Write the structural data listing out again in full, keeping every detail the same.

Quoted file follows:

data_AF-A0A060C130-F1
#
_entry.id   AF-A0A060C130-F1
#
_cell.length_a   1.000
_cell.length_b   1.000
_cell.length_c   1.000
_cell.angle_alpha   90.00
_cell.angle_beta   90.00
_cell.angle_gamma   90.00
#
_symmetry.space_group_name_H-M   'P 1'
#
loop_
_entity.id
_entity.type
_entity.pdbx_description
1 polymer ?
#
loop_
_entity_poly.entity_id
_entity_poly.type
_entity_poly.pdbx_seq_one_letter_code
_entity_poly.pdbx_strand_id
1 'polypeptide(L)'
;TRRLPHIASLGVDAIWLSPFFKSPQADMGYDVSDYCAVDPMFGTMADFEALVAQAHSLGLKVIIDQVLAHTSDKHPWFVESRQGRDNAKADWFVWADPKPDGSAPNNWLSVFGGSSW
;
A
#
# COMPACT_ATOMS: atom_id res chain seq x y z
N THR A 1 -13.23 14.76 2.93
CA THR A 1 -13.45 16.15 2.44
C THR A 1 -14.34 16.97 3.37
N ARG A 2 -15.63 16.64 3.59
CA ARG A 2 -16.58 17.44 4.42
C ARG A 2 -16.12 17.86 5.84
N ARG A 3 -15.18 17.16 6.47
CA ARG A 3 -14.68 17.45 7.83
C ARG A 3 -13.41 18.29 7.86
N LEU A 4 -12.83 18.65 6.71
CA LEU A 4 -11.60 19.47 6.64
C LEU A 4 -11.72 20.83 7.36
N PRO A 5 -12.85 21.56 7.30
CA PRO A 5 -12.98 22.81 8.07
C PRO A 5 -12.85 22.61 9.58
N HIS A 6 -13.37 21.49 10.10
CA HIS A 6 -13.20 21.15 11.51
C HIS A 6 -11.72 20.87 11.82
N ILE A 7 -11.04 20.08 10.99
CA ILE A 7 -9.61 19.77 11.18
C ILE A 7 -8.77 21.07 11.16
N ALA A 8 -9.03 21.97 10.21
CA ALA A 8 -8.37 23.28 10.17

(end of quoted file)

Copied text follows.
data_AF-A0A060C130-F1
#
_entry.id   AF-A0A060C130-F1
#
_cell.length_a   1.000
_cell.length_b   1.000
_cell.length_c   1.000
_cell.angle_alpha   90.00
_cell.angle_beta   90.00
_cell.angle_gamma   90.00
#
_symmetry.space_group_name_H-M   'P 1'
#
loop_
_entity.id
_entity.type
_entity.pdbx_description
1 polymer ?
#
loop_
_entity_poly.entity_id
_entity_poly.type
_entity_poly.pdbx_seq_one_letter_code
_entity_poly.pdbx_strand_id
1 'polypeptide(L)'
;TRRLPHIASLGVDAIWLSPFFKSPQADMGYDVSDYCAVDPMFGTMADFEALVAQAHSLGLKVIIDQVLAHTSDKHPWFVESRQGRDNAKADWFVWADPKPDGSAPNNWLSVFGGSSW
;
A
#
# COMPACT_ATOMS: atom_id res chain seq x y z
N THR A 1 -13.23 14.76 2.93
CA THR A 1 -13.45 16.15 2.44
C THR A 1 -14.34 16.97 3.37
N ARG A 2 -15.63 16.64 3.59
CA ARG A 2 -16.58 17.44 4.42
C ARG A 2 -16.12 17.86 5.84
N ARG A 3 -15.18 17.16 6.47
CA ARG A 3 -14.68 17.45 7.83
C ARG A 3 -13.41 18.29 7.86
N LEU A 4 -12.83 18.65 6.71
CA LEU A 4 -11.60 19.47 6.64
C LEU A 4 -11.72 20.83 7.36
N PRO A 5 -12.85 21.56 7.30
CA PRO A 5 -12.98 22.81 8.07
C PRO A 5 -12.85 22.61 9.58
N HIS A 6 -13.37 21.49 10.10
CA HIS A 6 -13.20 21.15 11.51
C HIS A 6 -11.72 20.87 11.82
N ILE A 7 -11.04 20.08 10.99
CA ILE A 7 -9.61 19.77 11.18
C ILE A 7 -8.77 21.07 11.16
N ALA A 8 -9.03 21.97 10.21
CA ALA A 8 -8.37 23.28 10.17